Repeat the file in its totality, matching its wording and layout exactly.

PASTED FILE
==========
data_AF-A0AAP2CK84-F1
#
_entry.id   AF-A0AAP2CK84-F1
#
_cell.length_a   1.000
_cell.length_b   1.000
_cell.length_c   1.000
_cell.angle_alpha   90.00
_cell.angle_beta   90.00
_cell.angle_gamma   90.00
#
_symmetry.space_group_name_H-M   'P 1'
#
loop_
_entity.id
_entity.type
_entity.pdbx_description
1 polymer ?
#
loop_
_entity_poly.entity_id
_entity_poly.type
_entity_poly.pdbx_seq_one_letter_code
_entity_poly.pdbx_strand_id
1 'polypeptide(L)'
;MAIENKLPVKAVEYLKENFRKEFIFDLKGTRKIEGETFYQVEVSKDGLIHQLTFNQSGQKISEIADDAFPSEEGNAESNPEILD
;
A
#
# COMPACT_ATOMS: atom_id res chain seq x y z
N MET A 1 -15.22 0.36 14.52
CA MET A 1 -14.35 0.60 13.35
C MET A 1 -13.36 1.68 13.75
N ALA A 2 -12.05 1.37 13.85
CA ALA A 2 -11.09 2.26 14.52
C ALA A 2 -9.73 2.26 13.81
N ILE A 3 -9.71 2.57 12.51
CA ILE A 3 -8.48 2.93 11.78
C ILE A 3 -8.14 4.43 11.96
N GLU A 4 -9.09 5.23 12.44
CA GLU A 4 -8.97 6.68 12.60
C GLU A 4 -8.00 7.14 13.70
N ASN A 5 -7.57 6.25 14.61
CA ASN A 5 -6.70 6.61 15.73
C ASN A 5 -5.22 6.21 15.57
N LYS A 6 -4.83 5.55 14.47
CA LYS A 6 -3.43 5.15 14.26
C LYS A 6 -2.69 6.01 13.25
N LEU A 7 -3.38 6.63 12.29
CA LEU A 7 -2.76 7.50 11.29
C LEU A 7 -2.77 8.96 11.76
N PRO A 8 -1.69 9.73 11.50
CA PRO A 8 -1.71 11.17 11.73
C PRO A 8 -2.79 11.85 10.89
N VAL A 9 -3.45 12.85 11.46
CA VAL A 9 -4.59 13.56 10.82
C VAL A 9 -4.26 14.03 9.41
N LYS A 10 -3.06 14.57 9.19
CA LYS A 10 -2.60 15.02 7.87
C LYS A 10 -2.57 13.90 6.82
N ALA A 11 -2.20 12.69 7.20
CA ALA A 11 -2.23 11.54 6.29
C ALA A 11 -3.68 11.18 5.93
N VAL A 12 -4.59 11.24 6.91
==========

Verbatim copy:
data_AF-A0AAP2CK84-F1
#
_entry.id   AF-A0AAP2CK84-F1
#
_cell.length_a   1.000
_cell.length_b   1.000
_cell.length_c   1.000
_cell.angle_alpha   90.00
_cell.angle_beta   90.00
_cell.angle_gamma   90.00
#
_symmetry.space_group_name_H-M   'P 1'
#
loop_
_entity.id
_entity.type
_entity.pdbx_description
1 polymer ?
#
loop_
_entity_poly.entity_id
_entity_poly.type
_entity_poly.pdbx_seq_one_letter_code
_entity_poly.pdbx_strand_id
1 'polypeptide(L)'
;MAIENKLPVKAVEYLKENFRKEFIFDLKGTRKIEGETFYQVEVSKDGLIHQLTFNQSGQKISEIADDAFPSEEGNAESNPEILD
;
A
#
# COMPACT_ATOMS: atom_id res chain seq x y z
N MET A 1 -15.22 0.36 14.52
CA MET A 1 -14.35 0.60 13.35
C MET A 1 -13.36 1.68 13.75
N ALA A 2 -12.05 1.37 13.85
CA ALA A 2 -11.09 2.26 14.52
C ALA A 2 -9.73 2.26 13.81
N ILE A 3 -9.71 2.57 12.51
CA ILE A 3 -8.48 2.93 11.78
C ILE A 3 -8.14 4.43 11.96
N GLU A 4 -9.09 5.23 12.44
CA GLU A 4 -8.97 6.68 12.60
C GLU A 4 -8.00 7.14 13.70
N ASN A 5 -7.57 6.25 14.61
CA ASN A 5 -6.70 6.61 15.73
C ASN A 5 -5.22 6.21 15.57
N LYS A 6 -4.83 5.55 14.47
CA LYS A 6 -3.43 5.15 14.26
C LYS A 6 -2.69 6.01 13.25
N LEU A 7 -3.38 6.63 12.29
CA LEU A 7 -2.76 7.50 11.29
C LEU A 7 -2.77 8.96 11.76
N PRO A 8 -1.69 9.73 11.50
CA PRO A 8 -1.71 11.17 11.73
C PRO A 8 -2.79 11.85 10.89
N VAL A 9 -3.45 12.85 11.46
CA VAL A 9 -4.59 13.56 10.82
C VAL A 9 -4.26 14.03 9.41
N LYS A 10 -3.06 14.57 9.19
CA LYS A 10 -2.60 15.02 7.87
C LYS A 10 -2.57 13.90 6.82
N ALA A 11 -2.20 12.69 7.20
CA ALA A 11 -2.23 11.54 6.29
C ALA A 11 -3.68 11.18 5.93
N VAL A 12 -4.59 11.24 6.91